From Instances to Functions: Evolution of AWS Compute Resources
Take a walk down memory lane with this look at two of Amazon AWS's most popular serverless compute services, and decide which you need.
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Recent surveys and research have made it evident that IT choices are moving towards serverless architecture. It wasn't a long time back when Amazon started providing virtual cloud (IaaS) in the form of Amazon EC2 instances. Over the time, the computing resources have been evolving and we've reached to AWS Lambda as of today.
With the onset of Amazon EC2 as IaaS, AWS wanted to remove the overhead of managing the infrastructure. With the EC2, the time to allocate a server reduced to a fraction along with features like automatic scaling, scheduled provisioning, and monitoring and alerting system powered by CloudWatch.
When EC2 was launched, it prevailed with the far more volatile environment than what it is now. Some of the initial issues were the sudden outage, multi-tenant model per machine, failure in scheduled provisioning and disappearance of virtual machines at all. Some of the popular sites that have been affected due to this are Reddit, Foursquare, Rapportive, and Heroku.
Then came Elastic Beanstalk (EB), which provided all these facilities in a pretty package. EB is available to work with multiple languages and frameworks. With EB, developers can easily upload their code to the virtual machine itself through the AWS console.
Apart from that, EB directly spins up EC2 instances for you while automatically balancing the load and giving you the direct endpoint to use at the end. Even with this, developers can still log into the AWS console and manually configure or tweak the allocation of instances.
With the launch of IaaS, infrastructure management has been removed. It has benefited tremendously to the number of organizations. However, many of the promised advantages have not been fulfilled yet. For example, provisioning and capacity planning is still a major issue based on the manual forecast. To get ahead of this, FaaS was launched.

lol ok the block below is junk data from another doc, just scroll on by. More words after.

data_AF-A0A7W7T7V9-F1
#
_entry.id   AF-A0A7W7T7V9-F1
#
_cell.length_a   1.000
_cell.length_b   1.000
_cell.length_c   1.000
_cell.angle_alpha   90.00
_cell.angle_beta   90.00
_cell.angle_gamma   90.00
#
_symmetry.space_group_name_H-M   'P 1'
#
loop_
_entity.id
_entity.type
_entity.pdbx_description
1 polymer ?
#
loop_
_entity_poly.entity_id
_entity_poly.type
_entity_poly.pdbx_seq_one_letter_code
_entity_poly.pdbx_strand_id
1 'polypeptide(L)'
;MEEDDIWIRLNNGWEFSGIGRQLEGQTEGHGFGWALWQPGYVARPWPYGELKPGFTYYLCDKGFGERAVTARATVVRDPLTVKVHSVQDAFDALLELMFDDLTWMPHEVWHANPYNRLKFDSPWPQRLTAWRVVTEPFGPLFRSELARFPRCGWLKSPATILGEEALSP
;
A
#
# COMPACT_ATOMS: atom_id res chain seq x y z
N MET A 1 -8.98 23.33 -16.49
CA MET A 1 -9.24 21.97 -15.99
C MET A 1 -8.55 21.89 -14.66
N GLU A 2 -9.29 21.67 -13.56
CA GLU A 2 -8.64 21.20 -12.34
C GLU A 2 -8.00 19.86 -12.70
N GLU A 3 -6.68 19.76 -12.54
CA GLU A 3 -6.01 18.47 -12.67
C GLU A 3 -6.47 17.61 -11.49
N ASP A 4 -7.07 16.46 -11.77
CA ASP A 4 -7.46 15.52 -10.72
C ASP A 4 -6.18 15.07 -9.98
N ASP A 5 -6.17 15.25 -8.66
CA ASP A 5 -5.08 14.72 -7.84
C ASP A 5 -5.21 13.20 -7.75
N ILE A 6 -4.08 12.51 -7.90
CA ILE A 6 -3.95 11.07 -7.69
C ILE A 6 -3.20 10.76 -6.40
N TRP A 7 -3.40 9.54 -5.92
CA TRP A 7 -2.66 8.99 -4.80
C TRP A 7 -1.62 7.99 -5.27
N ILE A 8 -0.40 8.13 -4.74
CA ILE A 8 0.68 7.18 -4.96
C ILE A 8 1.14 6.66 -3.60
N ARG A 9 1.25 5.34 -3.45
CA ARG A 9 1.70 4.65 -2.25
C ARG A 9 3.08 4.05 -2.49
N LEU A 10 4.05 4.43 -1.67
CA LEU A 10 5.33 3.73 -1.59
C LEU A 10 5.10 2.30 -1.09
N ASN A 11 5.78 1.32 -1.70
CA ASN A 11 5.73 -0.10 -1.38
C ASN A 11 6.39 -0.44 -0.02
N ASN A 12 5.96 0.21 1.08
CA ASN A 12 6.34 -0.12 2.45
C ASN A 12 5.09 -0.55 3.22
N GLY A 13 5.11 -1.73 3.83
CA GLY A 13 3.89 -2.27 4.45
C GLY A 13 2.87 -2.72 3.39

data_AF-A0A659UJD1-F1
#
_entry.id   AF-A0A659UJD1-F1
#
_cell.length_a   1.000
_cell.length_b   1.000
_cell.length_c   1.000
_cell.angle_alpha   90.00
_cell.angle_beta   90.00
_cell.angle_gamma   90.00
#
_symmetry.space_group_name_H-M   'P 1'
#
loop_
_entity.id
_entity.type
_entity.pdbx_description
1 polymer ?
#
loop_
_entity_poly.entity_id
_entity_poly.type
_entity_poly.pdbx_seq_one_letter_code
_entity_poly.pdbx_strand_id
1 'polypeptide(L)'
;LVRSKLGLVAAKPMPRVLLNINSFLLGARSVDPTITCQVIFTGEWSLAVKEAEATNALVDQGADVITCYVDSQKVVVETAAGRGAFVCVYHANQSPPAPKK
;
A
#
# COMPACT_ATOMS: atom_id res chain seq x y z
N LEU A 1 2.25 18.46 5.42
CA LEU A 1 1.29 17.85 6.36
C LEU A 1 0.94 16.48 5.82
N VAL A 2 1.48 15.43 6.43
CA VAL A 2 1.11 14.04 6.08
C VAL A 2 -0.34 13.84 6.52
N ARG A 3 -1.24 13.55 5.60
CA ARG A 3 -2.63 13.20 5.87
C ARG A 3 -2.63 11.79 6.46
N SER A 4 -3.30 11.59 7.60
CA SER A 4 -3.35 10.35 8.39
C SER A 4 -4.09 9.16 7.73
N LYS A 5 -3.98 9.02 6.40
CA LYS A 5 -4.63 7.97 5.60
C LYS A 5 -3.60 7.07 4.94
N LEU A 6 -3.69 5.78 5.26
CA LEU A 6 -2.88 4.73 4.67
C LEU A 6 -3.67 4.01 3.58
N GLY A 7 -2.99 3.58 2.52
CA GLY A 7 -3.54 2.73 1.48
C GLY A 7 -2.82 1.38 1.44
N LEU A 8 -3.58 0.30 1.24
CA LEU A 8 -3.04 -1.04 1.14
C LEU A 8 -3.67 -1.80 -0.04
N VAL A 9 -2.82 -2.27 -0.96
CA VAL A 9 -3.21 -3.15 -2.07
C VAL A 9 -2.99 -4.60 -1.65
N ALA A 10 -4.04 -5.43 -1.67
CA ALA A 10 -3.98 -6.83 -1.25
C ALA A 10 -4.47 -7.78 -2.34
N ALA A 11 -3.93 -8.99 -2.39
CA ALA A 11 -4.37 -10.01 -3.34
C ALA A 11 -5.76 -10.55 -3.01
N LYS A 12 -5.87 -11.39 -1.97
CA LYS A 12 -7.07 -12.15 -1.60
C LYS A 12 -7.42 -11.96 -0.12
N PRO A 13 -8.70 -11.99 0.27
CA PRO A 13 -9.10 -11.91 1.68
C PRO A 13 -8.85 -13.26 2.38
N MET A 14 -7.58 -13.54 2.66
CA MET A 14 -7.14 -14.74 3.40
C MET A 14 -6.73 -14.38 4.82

Amazon released AWS Lambda which is available to work with multiple languages and frameworks. Like Elastic Beanstalk, you can upload your code packages directly to your functions. Unlike Elastic Beanstalk, the infrastructure is not available entirely for the development teams to tweak or manage.
However, the scaling is fully automatic as per the requirements. As said, Lambdas use ECS and these containers are not available to configure manually. On the other hand, Lambdas are exposed through API Gateway which functions as a URL router to your Lambdas.
What Is Amazon EC2?
Amazon Elastic Compute Cloud (EC2) is a virtual cloud infrastructure service offered by AWS. This provides on-demand computing resources through which you can create powerful servers in the cloud.
With Amazon EC2, you have the facility of provisioning virtual machines as per your applications’ requirements. Such facility is provided on a utility based subscription model where the user is billed as per their consumption of resources.
What Is AWS Lambda?
AWS Lambda is an on-demand cloud computing resource offered in terms of Function-as-a-Service by AWS. Over the time, AWS Lambda has changed the way we used to create, architect and run our applications.
With the computing resources like AWS Lambda, the computing resources can scale and descend automatically based on the real-time demands. Presently, AWS Lambda supports multiple languages and can be used within an application in multiple manner or back-end as a service.
Analyzing AWS Lambda and EC2
With more options comes more confusion. To tackle this confusion, here are few points which you need compare before you opt for either of them:
- Setup and Management Environment
- Software package dependencies
- Availability & Scalability
- Use cases
Both EC2 and AWS Lambda works for specific use cases and evaluating them based on their requirements is highly critical.
If you’re wasting your computing resources due to unpredictable traffic for your application, need real-time processing, but still want a scalable and cost-friendly solution, AWS Lambda is for you.
Or maybe you want to run a complex application, need high-performance computing which has a consistent traffic, and want to operate in a tried-and-tested deployment environment, EC2 is for you.
I'd love to hear about your experience with either of them. Hit me up on Twitter @RohitAkiwatkar
Published at DZone with permission of Rohit Akiwatkar. See the original article here.
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